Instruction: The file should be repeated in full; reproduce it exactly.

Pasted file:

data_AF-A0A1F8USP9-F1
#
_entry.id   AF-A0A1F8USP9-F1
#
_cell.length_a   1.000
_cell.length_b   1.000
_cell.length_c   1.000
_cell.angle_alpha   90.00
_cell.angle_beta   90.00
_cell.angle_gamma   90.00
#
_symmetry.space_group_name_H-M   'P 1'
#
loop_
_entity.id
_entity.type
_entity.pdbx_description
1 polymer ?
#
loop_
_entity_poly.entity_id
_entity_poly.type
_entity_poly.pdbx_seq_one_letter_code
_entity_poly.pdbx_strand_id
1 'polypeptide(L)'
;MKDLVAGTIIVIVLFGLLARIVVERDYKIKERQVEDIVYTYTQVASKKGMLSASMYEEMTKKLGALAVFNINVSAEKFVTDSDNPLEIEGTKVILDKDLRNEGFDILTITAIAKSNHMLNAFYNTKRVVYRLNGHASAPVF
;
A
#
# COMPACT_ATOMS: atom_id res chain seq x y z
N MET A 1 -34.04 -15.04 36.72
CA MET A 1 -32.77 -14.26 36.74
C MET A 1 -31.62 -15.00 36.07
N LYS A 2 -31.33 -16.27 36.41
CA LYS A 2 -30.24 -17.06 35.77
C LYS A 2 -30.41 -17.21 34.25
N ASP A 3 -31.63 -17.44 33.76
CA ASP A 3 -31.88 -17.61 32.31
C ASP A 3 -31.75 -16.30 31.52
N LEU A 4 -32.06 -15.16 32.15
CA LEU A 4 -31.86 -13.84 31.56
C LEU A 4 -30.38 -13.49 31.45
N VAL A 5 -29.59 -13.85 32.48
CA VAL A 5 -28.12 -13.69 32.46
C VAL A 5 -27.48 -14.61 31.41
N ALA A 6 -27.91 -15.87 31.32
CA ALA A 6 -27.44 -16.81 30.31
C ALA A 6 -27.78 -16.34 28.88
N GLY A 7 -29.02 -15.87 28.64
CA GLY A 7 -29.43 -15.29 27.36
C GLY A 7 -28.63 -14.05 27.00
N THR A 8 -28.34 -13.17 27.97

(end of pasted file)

data_AF-A0A1F8USP9-F1
#
_entry.id   AF-A0A1F8USP9-F1
#
_cell.length_a   1.000
_cell.length_b   1.000
_cell.length_c   1.000
_cell.angle_alpha   90.00
_cell.angle_beta   90.00
_cell.angle_gamma   90.00
#
_symmetry.space_group_name_H-M   'P 1'
#
loop_
_entity.id
_entity.type
_entity.pdbx_description
1 polymer ?
#
loop_
_entity_poly.entity_id
_entity_poly.type
_entity_poly.pdbx_seq_one_letter_code
_entity_poly.pdbx_strand_id
1 'polypeptide(L)'
;MKDLVAGTIIVIVLFGLLARIVVERDYKIKERQVEDIVYTYTQVASKKGMLSASMYEEMTKKLGALAVFNINVSAEKFVTDSDNPLEIEGTKVILDKDLRNEGFDILTITAIAKSNHMLNAFYNTKRVVYRLNGHASAPVF
;
A
#
# COMPACT_ATOMS: atom_id res chain seq x y z
N MET A 1 -34.04 -15.04 36.72
CA MET A 1 -32.77 -14.26 36.74
C MET A 1 -31.62 -15.00 36.07
N LYS A 2 -31.33 -16.27 36.41
CA LYS A 2 -30.24 -17.06 35.77
C LYS A 2 -30.41 -17.21 34.25
N ASP A 3 -31.63 -17.44 33.76
CA ASP A 3 -31.88 -17.61 32.31
C ASP A 3 -31.75 -16.30 31.52
N LEU A 4 -32.06 -15.16 32.15
CA LEU A 4 -31.86 -13.84 31.56
C LEU A 4 -30.38 -13.49 31.45
N VAL A 5 -29.59 -13.85 32.48
CA VAL A 5 -28.12 -13.69 32.46
C VAL A 5 -27.48 -14.61 31.41
N ALA A 6 -27.91 -15.87 31.32
CA ALA A 6 -27.44 -16.81 30.31
C ALA A 6 -27.78 -16.34 28.88
N GLY A 7 -29.02 -15.87 28.64
CA GLY A 7 -29.43 -15.29 27.36
C GLY A 7 -28.63 -14.05 27.00
N THR A 8 -28.34 -13.17 27.97